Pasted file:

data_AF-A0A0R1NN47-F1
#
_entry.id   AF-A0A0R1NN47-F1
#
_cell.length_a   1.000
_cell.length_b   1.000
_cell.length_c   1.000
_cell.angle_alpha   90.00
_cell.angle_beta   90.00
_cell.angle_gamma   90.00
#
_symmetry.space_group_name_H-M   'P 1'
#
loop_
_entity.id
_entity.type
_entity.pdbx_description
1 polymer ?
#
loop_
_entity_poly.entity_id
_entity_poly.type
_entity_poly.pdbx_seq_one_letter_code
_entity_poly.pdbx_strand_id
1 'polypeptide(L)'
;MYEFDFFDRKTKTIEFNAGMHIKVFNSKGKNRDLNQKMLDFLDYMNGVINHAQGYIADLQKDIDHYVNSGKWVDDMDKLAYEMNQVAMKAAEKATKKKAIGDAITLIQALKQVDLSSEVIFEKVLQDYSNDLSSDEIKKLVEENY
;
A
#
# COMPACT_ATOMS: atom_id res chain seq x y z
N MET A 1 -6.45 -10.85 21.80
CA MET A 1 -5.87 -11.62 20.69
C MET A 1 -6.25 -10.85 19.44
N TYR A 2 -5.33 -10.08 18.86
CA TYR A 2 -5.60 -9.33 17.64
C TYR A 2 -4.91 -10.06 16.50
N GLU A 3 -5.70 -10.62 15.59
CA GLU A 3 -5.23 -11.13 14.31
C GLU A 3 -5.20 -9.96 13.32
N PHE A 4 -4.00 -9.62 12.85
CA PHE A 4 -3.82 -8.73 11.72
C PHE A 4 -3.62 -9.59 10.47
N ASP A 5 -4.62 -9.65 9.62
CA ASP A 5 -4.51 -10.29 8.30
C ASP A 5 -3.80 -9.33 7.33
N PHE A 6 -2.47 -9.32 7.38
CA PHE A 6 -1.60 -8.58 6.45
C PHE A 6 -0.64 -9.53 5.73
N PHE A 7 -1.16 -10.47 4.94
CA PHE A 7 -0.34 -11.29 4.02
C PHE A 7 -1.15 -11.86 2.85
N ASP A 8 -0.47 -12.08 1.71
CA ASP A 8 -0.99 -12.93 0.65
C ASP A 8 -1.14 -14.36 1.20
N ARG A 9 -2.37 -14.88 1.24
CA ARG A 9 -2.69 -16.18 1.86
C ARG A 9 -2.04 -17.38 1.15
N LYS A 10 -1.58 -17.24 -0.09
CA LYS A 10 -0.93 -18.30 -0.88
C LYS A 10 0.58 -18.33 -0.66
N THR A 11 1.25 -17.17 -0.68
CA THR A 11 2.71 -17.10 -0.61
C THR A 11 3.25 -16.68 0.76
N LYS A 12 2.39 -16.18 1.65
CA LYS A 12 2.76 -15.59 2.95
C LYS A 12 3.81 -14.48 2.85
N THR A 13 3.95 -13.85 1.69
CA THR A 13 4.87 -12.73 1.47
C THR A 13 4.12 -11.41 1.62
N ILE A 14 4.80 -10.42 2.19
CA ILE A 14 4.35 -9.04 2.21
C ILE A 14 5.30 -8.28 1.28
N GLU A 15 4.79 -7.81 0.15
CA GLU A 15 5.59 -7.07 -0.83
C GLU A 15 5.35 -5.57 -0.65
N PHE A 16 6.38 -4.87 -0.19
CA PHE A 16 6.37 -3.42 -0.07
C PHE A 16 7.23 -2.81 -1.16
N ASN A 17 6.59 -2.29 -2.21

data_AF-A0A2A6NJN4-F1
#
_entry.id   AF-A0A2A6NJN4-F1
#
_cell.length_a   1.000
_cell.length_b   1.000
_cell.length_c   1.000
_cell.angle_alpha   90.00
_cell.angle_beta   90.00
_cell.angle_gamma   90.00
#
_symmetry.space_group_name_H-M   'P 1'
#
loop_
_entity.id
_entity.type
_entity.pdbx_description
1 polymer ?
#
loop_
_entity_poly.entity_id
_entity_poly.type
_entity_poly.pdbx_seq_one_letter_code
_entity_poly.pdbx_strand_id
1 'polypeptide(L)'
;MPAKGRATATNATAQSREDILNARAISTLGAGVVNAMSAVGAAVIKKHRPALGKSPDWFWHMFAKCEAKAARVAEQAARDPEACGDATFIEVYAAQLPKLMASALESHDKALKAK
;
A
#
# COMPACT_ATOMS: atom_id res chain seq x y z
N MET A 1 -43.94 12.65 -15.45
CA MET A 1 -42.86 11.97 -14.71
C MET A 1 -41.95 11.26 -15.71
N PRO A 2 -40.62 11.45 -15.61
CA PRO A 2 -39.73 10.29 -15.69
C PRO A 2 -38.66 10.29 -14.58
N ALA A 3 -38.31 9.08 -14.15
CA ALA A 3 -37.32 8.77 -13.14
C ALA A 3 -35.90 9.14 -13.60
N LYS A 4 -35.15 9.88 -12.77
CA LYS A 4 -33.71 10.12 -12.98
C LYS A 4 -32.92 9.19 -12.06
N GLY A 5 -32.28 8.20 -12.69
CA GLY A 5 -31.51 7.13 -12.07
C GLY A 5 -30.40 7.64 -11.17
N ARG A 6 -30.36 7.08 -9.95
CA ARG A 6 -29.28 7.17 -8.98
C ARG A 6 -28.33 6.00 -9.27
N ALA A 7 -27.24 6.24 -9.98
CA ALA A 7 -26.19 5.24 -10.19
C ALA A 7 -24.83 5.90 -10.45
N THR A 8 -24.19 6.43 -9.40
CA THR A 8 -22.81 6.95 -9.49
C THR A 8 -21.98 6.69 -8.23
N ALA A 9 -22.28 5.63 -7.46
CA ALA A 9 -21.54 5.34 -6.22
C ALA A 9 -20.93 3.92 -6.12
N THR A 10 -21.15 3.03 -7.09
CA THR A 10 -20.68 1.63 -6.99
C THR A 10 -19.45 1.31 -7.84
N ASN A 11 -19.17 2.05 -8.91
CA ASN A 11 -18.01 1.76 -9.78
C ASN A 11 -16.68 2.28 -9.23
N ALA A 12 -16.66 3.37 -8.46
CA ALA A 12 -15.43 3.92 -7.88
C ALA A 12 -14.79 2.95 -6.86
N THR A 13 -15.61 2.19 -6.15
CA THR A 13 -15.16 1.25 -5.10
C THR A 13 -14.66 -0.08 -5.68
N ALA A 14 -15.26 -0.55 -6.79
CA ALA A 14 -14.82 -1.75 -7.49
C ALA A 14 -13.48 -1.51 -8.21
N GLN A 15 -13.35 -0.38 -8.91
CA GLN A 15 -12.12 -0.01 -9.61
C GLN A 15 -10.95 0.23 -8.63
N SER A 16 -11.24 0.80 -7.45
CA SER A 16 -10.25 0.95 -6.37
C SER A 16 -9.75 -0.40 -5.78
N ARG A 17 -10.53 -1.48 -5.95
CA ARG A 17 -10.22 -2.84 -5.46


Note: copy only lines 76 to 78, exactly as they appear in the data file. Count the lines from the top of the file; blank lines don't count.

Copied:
N PHE A 16 6.38 -4.87 -0.19
CA PHE A 16 6.37 -3.42 -0.07
C PHE A 16 7.23 -2.81 -1.16